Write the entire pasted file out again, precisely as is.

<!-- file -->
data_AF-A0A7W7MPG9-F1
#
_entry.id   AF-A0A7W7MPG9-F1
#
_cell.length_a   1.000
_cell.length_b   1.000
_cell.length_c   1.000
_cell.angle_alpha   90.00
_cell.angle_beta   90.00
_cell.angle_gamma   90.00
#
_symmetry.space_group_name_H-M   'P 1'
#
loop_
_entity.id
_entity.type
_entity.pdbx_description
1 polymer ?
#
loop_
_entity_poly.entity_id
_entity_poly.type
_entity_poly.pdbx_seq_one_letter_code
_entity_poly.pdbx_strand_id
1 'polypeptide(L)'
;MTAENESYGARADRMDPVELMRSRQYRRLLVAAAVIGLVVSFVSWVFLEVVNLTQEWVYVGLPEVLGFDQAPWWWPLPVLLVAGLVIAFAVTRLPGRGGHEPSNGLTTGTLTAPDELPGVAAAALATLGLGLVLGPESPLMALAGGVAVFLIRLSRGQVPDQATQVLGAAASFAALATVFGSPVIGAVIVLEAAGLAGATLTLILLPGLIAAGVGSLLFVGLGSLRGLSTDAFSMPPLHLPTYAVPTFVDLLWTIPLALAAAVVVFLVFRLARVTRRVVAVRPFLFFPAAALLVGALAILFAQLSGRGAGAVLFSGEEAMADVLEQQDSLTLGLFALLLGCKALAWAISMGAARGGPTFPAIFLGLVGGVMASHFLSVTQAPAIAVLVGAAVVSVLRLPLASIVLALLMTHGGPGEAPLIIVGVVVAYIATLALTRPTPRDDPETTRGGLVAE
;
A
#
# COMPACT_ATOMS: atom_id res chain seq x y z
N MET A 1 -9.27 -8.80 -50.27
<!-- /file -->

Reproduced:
data_AF-A0A7W7MPG9-F1
#
_entry.id   AF-A0A7W7MPG9-F1
#
_cell.length_a   1.000
_cell.length_b   1.000
_cell.length_c   1.000
_cell.angle_alpha   90.00
_cell.angle_beta   90.00
_cell.angle_gamma   90.00
#
_symmetry.space_group_name_H-M   'P 1'
#
loop_
_entity.id
_entity.type
_entity.pdbx_description
1 polymer ?
#
loop_
_entity_poly.entity_id
_entity_poly.type
_entity_poly.pdbx_seq_one_letter_code
_entity_poly.pdbx_strand_id
1 'polypeptide(L)'
;MTAENESYGARADRMDPVELMRSRQYRRLLVAAAVIGLVVSFVSWVFLEVVNLTQEWVYVGLPEVLGFDQAPWWWPLPVLLVAGLVIAFAVTRLPGRGGHEPSNGLTTGTLTAPDELPGVAAAALATLGLGLVLGPESPLMALAGGVAVFLIRLSRGQVPDQATQVLGAAASFAALATVFGSPVIGAVIVLEAAGLAGATLTLILLPGLIAAGVGSLLFVGLGSLRGLSTDAFSMPPLHLPTYAVPTFVDLLWTIPLALAAAVVVFLVFRLARVTRRVVAVRPFLFFPAAALLVGALAILFAQLSGRGAGAVLFSGEEAMADVLEQQDSLTLGLFALLLGCKALAWAISMGAARGGPTFPAIFLGLVGGVMASHFLSVTQAPAIAVLVGAAVVSVLRLPLASIVLALLMTHGGPGEAPLIIVGVVVAYIATLALTRPTPRDDPETTRGGLVAE
;
A
#
# COMPACT_ATOMS: atom_id res chain seq x y z
N MET A 1 -9.27 -8.80 -50.27